When East Broad Top General Manager Brad Esposito was cleaning up rock salt in a shed at the railroad’s shop complex last year, he didn’t bat an eye when he realized he was standing on wooden crates marked “dynamite.”
After all, the EBT stored just about anything in dynamite crates that had been emptied at rail-served mines. But when Esposito dug farther into the salt, he noticed telltale streaks of color coming from the crates. He knew at once that beneath his feet were five boxes loaded with the real McCoy.
“The fact that you’re still standing here talking to me means it’s probably not going to blow up,” a state inspector told him before experts safely burned the pile of decayed explosives in February 2021.
In a way, the dynamite discovery was a lot like other days at the historic narrow gauge railroad that is slowly revealing its secrets. Esposito says you never know what you’ll find in the time capsule shop complex that dates to 1873 or in the trove of company records being archived in the EBT headquarters and station in Rockhill Furnace, Pa. Part of the fun of the job, he says, is putting all of the pieces together, like unearthing documents that tell how the self-sufficient, coal-hauling railroad built and maintained its rolling stock.
A railroader’s railroader who spent two decades at Genesee & Wyoming, the down to earth Esposito is the sparkplug behind the unlikely revival of the East Broad Top. He was able to bring everything together to awaken this Rip van Winkle of a railroad: financial backing and unwavering support from big names in the industry, including Wick Moorman, Henry Posner III, and Bennet Levin. A solid business plan based on turning the EBT into a nonprofit able to tap millions of dollars in state and federal funding. And a dream team of staffers perfectly suited to their roles rebuilding locomotives, repairing track, drawing visitors, and cataloging oodles of documents dating to the railroad’s beginnings 150 years ago.
It’s amazing what the EBT staff and the volunteer army from the Friends of the East Broad Top have accomplished since the East Broad Top Foundation purchased the railroad in 2020. Esposito emphasizes the importance of the Friends, and rightly so. They kept hope alive and buildings standing for nearly a decade while the railroad slumbered.
An April visit found the EBT buzzing with activity. A ride on the railroad’s magnificent M-1 Brill gas-electric motorcar showed off the track work performed in the 4.5 miles between the station and the wye at Colgate Grove. In the machine shop, the belts and shafts that drive equipment are once again spinning their magic, while off in the shadows work is progressing on 1882 coach No. 8 and 2-8-2 No. 14, sans running gear and stripped down to its boiler. Over in the roundhouse, Chief Mechanical Officer Dave Domitrovich and his crew have 2-8-2 No. 16 well on the way to steaming for the first time in 66 years.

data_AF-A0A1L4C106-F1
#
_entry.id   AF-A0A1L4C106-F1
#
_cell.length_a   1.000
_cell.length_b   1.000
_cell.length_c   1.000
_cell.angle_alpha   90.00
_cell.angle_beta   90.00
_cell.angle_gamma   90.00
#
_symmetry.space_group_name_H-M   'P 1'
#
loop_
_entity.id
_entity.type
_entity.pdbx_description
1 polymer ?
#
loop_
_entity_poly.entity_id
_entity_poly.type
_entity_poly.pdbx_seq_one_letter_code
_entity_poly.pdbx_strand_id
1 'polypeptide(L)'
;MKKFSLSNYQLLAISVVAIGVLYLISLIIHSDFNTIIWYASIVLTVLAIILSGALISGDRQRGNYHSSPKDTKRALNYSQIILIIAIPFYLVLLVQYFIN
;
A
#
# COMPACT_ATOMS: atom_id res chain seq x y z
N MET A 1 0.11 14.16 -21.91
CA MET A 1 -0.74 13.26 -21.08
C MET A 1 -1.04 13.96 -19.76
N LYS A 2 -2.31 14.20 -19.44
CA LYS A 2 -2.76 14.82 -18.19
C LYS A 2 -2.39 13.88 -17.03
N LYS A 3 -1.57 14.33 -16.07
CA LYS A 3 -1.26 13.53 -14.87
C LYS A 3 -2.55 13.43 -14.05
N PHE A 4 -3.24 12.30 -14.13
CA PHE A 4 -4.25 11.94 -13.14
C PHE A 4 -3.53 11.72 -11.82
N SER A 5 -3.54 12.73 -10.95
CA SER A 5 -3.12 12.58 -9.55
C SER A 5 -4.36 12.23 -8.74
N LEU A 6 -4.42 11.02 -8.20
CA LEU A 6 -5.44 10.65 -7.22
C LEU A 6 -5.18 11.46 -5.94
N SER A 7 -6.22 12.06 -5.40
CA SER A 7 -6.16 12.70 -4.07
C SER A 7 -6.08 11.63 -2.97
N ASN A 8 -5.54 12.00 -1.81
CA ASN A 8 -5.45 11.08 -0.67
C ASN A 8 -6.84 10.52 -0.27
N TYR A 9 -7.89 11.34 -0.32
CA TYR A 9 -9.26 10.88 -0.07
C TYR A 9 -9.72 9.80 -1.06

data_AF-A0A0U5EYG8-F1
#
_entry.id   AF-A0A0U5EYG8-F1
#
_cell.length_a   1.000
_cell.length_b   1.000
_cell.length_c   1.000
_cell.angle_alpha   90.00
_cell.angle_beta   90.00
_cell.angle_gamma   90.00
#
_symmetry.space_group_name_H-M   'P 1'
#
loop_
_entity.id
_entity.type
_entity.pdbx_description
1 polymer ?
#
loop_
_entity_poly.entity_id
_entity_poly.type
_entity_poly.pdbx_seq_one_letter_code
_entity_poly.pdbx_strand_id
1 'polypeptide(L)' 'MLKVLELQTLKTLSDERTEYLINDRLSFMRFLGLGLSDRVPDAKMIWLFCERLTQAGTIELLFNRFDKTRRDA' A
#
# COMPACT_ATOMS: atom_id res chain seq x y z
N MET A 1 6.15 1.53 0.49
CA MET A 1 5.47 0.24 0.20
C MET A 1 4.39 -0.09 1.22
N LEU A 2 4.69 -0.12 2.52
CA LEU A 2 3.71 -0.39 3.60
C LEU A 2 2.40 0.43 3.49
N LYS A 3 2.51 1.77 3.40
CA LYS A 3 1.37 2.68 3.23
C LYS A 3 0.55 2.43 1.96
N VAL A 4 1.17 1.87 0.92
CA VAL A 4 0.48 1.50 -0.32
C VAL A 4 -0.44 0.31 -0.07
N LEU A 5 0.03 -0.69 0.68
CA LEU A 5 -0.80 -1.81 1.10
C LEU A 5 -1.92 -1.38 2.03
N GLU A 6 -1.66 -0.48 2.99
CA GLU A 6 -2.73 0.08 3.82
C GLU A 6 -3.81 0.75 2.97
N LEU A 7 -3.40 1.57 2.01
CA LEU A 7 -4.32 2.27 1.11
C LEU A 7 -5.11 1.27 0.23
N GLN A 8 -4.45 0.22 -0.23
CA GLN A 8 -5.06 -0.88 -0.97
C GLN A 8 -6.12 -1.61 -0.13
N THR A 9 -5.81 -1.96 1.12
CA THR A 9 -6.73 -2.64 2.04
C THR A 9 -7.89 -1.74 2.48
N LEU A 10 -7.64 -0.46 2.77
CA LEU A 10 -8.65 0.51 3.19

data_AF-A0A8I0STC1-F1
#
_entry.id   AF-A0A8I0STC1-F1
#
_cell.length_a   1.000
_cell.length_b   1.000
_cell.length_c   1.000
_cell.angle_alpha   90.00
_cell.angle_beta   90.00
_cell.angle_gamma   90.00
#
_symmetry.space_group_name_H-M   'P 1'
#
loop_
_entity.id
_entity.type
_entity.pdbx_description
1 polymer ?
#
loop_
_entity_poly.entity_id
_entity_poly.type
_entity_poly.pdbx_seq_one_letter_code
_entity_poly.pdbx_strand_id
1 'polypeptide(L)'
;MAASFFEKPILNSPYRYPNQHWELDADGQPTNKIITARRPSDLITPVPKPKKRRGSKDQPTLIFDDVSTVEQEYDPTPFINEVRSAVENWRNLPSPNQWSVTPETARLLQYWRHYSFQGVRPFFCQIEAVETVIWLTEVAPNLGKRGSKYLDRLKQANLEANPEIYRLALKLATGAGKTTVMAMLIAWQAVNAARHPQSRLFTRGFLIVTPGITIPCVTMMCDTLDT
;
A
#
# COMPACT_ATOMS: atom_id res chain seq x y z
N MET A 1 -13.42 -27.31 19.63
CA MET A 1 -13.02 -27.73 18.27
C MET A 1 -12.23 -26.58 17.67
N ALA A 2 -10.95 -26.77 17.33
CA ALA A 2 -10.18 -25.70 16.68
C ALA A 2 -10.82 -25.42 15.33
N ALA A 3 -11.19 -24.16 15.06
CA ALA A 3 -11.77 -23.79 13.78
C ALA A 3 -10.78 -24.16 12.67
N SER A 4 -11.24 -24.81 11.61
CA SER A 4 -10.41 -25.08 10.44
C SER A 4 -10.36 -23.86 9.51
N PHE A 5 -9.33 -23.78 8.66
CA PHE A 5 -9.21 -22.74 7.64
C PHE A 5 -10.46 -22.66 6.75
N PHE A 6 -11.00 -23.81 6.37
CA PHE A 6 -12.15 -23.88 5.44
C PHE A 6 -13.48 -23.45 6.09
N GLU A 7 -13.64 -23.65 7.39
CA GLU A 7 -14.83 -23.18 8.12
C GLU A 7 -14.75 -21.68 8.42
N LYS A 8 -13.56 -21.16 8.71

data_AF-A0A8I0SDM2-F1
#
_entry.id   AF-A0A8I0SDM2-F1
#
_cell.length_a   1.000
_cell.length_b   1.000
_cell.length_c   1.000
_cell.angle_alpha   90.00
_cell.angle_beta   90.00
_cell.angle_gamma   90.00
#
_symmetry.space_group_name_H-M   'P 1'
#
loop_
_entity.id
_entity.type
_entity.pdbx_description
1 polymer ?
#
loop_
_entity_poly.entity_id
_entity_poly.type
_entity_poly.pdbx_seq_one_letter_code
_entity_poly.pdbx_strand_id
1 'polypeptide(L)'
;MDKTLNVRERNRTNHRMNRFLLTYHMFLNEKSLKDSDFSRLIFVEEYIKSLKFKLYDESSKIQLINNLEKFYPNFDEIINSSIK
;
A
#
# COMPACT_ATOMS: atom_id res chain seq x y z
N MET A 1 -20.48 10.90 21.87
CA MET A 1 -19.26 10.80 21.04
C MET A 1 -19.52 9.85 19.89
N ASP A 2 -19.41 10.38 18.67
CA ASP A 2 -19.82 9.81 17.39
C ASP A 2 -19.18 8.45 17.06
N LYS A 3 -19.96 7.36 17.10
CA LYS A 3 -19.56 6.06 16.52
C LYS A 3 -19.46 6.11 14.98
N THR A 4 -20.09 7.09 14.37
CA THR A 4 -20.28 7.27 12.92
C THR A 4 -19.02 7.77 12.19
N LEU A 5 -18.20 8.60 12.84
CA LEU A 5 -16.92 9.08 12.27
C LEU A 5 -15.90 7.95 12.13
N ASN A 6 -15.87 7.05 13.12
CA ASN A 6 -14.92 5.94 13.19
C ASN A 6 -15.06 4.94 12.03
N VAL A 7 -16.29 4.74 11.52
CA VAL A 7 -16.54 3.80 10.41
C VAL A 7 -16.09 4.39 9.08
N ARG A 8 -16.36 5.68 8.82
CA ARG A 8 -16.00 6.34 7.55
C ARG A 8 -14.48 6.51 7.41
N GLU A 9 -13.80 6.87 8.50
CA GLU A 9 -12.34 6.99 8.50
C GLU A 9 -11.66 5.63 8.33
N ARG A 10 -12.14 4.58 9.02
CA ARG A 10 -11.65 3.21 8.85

Ask anyone at the EBT when No. 16 will run and you’ll get the same answer: “When it’s ready.” That’s smart because it avoids overpromising and underdelivering, a fate that has bedeviled some steam restoration projects.
“Everything in these things is Pandora’s box,” Domitrovich says. He views the locomotives with a sense of reverence, both for the machines themselves and for their place in the railroad’s history.
It’s an attitude apparent throughout the EBT, where the goal is to restore the railroad as authentically as possible. “We work very hard to make it look like we’ve done nothing at all,” Esposito says. But the team has a practical side, too. Four new near-replica coaches are on order. And despite plans to restore all six Mikes, Domitrovich is scavenging parts from other locomotives to speed No. 16’s rebirth. This is a case where robbing Peter to pay Paul makes sense.
More exciting is what’s eventually to come: resuming service south of Orbisonia for the first time since the EBT’s common carrier era ended in 1956. Director of Engineering James Roslund, a former G&W man, will have his hands full with this audacious project. The EBT didn’t splurge for treated ties, so what’s left of this 22 miles is literally just two rails running through the woods.
Moorman says that when he first saw the EBT in October 2019, he was, to use a British term, “gobsmacked.” I felt the same way in April. Visit the EBT and you will walk away impressed with this remarkable railroad and the people determined to preserve it.
(Note: The East Broad Top is open Wednesdays through Sundays from 9:30 a.m. to 5:30 p.m. and is offering train excursions, shop tours, and special events, as well as trolley rides at the neighboring Rockhill Trolley Museum. The railroad, located in Rockhill Furnace, Pa., is about an hour from Horseshoe Curve and the Altoona Railroaders Memorial Museum, which weaves together the history of the city, its people, and the Pennsylvania Railroad and is also worth a visit.)